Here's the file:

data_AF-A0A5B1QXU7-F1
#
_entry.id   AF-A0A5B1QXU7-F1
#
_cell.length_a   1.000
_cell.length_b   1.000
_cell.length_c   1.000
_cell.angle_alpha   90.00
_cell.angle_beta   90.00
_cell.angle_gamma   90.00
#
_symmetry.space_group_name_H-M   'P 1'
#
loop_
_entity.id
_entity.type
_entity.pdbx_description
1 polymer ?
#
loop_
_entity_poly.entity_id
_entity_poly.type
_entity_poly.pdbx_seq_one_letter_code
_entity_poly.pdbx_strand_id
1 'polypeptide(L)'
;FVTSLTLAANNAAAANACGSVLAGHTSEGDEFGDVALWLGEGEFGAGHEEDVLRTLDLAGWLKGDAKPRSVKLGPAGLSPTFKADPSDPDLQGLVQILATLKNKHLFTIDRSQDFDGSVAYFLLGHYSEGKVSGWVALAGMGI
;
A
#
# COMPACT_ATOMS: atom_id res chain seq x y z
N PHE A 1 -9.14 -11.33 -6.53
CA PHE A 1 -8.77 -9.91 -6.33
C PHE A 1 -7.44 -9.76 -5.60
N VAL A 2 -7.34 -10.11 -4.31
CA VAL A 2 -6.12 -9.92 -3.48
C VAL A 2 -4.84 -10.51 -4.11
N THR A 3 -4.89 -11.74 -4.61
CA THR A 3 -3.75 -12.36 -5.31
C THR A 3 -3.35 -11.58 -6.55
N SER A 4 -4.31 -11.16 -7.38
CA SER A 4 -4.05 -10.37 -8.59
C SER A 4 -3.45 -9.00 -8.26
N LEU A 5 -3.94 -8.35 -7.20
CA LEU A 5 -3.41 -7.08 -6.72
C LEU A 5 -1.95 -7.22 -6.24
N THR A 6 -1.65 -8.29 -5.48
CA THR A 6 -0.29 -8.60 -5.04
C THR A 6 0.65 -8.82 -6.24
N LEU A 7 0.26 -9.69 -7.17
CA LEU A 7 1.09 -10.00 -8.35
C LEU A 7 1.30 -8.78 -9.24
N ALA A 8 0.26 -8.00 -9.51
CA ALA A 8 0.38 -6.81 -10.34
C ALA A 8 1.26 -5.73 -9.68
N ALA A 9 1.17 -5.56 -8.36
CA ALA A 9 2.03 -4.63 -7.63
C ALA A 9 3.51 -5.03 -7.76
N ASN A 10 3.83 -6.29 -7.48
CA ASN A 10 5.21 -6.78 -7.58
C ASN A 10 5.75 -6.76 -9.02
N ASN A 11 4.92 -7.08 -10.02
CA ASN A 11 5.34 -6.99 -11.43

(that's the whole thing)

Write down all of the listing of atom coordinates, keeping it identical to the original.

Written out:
data_AF-A0A5B1QXU7-F1
#
_entry.id   AF-A0A5B1QXU7-F1
#
_cell.length_a   1.000
_cell.length_b   1.000
_cell.length_c   1.000
_cell.angle_alpha   90.00
_cell.angle_beta   90.00
_cell.angle_gamma   90.00
#
_symmetry.space_group_name_H-M   'P 1'
#
loop_
_entity.id
_entity.type
_entity.pdbx_description
1 polymer ?
#
loop_
_entity_poly.entity_id
_entity_poly.type
_entity_poly.pdbx_seq_one_letter_code
_entity_poly.pdbx_strand_id
1 'polypeptide(L)'
;FVTSLTLAANNAAAANACGSVLAGHTSEGDEFGDVALWLGEGEFGAGHEEDVLRTLDLAGWLKGDAKPRSVKLGPAGLSPTFKADPSDPDLQGLVQILATLKNKHLFTIDRSQDFDGSVAYFLLGHYSEGKVSGWVALAGMGI
;
A
#
# COMPACT_ATOMS: atom_id res chain seq x y z
N PHE A 1 -9.14 -11.33 -6.53
CA PHE A 1 -8.77 -9.91 -6.33
C PHE A 1 -7.44 -9.76 -5.60
N VAL A 2 -7.34 -10.11 -4.31
CA VAL A 2 -6.12 -9.92 -3.48
C VAL A 2 -4.84 -10.51 -4.11
N THR A 3 -4.89 -11.74 -4.61
CA THR A 3 -3.75 -12.36 -5.31
C THR A 3 -3.35 -11.58 -6.55
N SER A 4 -4.31 -11.16 -7.38
CA SER A 4 -4.05 -10.37 -8.59
C SER A 4 -3.45 -9.00 -8.26
N LEU A 5 -3.94 -8.35 -7.20
CA LEU A 5 -3.41 -7.08 -6.72
C LEU A 5 -1.95 -7.22 -6.24
N THR A 6 -1.65 -8.29 -5.48
CA THR A 6 -0.29 -8.60 -5.04
C THR A 6 0.65 -8.82 -6.24
N LEU A 7 0.26 -9.69 -7.17
CA LEU A 7 1.09 -10.00 -8.35
C LEU A 7 1.30 -8.78 -9.24
N ALA A 8 0.26 -8.00 -9.51
CA ALA A 8 0.38 -6.81 -10.34
C ALA A 8 1.26 -5.73 -9.68
N ALA A 9 1.17 -5.56 -8.36
CA ALA A 9 2.03 -4.63 -7.63
C ALA A 9 3.51 -5.03 -7.76
N ASN A 10 3.83 -6.29 -7.48
CA ASN A 10 5.21 -6.78 -7.58
C ASN A 10 5.75 -6.76 -9.02
N ASN A 11 4.92 -7.08 -10.02
CA ASN A 11 5.34 -6.99 -11.43